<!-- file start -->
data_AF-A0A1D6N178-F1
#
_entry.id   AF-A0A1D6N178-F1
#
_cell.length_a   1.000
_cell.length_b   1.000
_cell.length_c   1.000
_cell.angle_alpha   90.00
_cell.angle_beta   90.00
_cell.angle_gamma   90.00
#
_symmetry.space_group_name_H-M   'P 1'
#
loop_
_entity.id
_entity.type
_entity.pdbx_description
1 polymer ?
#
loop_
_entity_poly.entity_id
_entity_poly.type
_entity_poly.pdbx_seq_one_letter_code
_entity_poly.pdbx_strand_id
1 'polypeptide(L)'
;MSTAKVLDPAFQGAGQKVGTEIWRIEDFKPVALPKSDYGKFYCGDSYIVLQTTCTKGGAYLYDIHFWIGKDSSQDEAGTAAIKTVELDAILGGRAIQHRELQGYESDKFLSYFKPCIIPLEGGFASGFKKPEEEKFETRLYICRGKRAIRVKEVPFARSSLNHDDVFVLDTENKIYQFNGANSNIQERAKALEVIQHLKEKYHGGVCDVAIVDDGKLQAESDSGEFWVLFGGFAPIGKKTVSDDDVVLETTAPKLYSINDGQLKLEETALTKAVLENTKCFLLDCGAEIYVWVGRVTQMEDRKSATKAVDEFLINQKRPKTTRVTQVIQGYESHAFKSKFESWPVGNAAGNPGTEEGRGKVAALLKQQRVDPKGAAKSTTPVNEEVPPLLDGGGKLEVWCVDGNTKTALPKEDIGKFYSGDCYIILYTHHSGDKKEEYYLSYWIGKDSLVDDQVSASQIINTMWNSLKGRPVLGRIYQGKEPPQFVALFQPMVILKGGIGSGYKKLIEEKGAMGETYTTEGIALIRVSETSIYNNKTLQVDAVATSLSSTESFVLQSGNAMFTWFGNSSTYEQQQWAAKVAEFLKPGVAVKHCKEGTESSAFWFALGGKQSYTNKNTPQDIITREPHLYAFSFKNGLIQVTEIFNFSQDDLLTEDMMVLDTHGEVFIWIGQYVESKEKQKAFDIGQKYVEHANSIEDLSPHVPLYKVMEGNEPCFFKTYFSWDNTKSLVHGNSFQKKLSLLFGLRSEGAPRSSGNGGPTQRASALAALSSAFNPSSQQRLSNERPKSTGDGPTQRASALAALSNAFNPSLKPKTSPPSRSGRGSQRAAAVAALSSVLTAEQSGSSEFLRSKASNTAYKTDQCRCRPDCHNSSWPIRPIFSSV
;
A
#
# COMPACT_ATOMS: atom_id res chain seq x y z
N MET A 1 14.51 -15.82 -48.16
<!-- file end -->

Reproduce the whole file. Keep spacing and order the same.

data_AF-A0A1D6N178-F1
#
_entry.id   AF-A0A1D6N178-F1
#
_cell.length_a   1.000
_cell.length_b   1.000
_cell.length_c   1.000
_cell.angle_alpha   90.00
_cell.angle_beta   90.00
_cell.angle_gamma   90.00
#
_symmetry.space_group_name_H-M   'P 1'
#
loop_
_entity.id
_entity.type
_entity.pdbx_description
1 polymer ?
#
loop_
_entity_poly.entity_id
_entity_poly.type
_entity_poly.pdbx_seq_one_letter_code
_entity_poly.pdbx_strand_id
1 'polypeptide(L)'
;MSTAKVLDPAFQGAGQKVGTEIWRIEDFKPVALPKSDYGKFYCGDSYIVLQTTCTKGGAYLYDIHFWIGKDSSQDEAGTAAIKTVELDAILGGRAIQHRELQGYESDKFLSYFKPCIIPLEGGFASGFKKPEEEKFETRLYICRGKRAIRVKEVPFARSSLNHDDVFVLDTENKIYQFNGANSNIQERAKALEVIQHLKEKYHGGVCDVAIVDDGKLQAESDSGEFWVLFGGFAPIGKKTVSDDDVVLETTAPKLYSINDGQLKLEETALTKAVLENTKCFLLDCGAEIYVWVGRVTQMEDRKSATKAVDEFLINQKRPKTTRVTQVIQGYESHAFKSKFESWPVGNAAGNPGTEEGRGKVAALLKQQRVDPKGAAKSTTPVNEEVPPLLDGGGKLEVWCVDGNTKTALPKEDIGKFYSGDCYIILYTHHSGDKKEEYYLSYWIGKDSLVDDQVSASQIINTMWNSLKGRPVLGRIYQGKEPPQFVALFQPMVILKGGIGSGYKKLIEEKGAMGETYTTEGIALIRVSETSIYNNKTLQVDAVATSLSSTESFVLQSGNAMFTWFGNSSTYEQQQWAAKVAEFLKPGVAVKHCKEGTESSAFWFALGGKQSYTNKNTPQDIITREPHLYAFSFKNGLIQVTEIFNFSQDDLLTEDMMVLDTHGEVFIWIGQYVESKEKQKAFDIGQKYVEHANSIEDLSPHVPLYKVMEGNEPCFFKTYFSWDNTKSLVHGNSFQKKLSLLFGLRSEGAPRSSGNGGPTQRASALAALSSAFNPSSQQRLSNERPKSTGDGPTQRASALAALSNAFNPSLKPKTSPPSRSGRGSQRAAAVAALSSVLTAEQSGSSEFLRSKASNTAYKTDQCRCRPDCHNSSWPIRPIFSSV
;
A
#
# COMPACT_ATOMS: atom_id res chain seq x y z
N MET A 1 14.51 -15.82 -48.16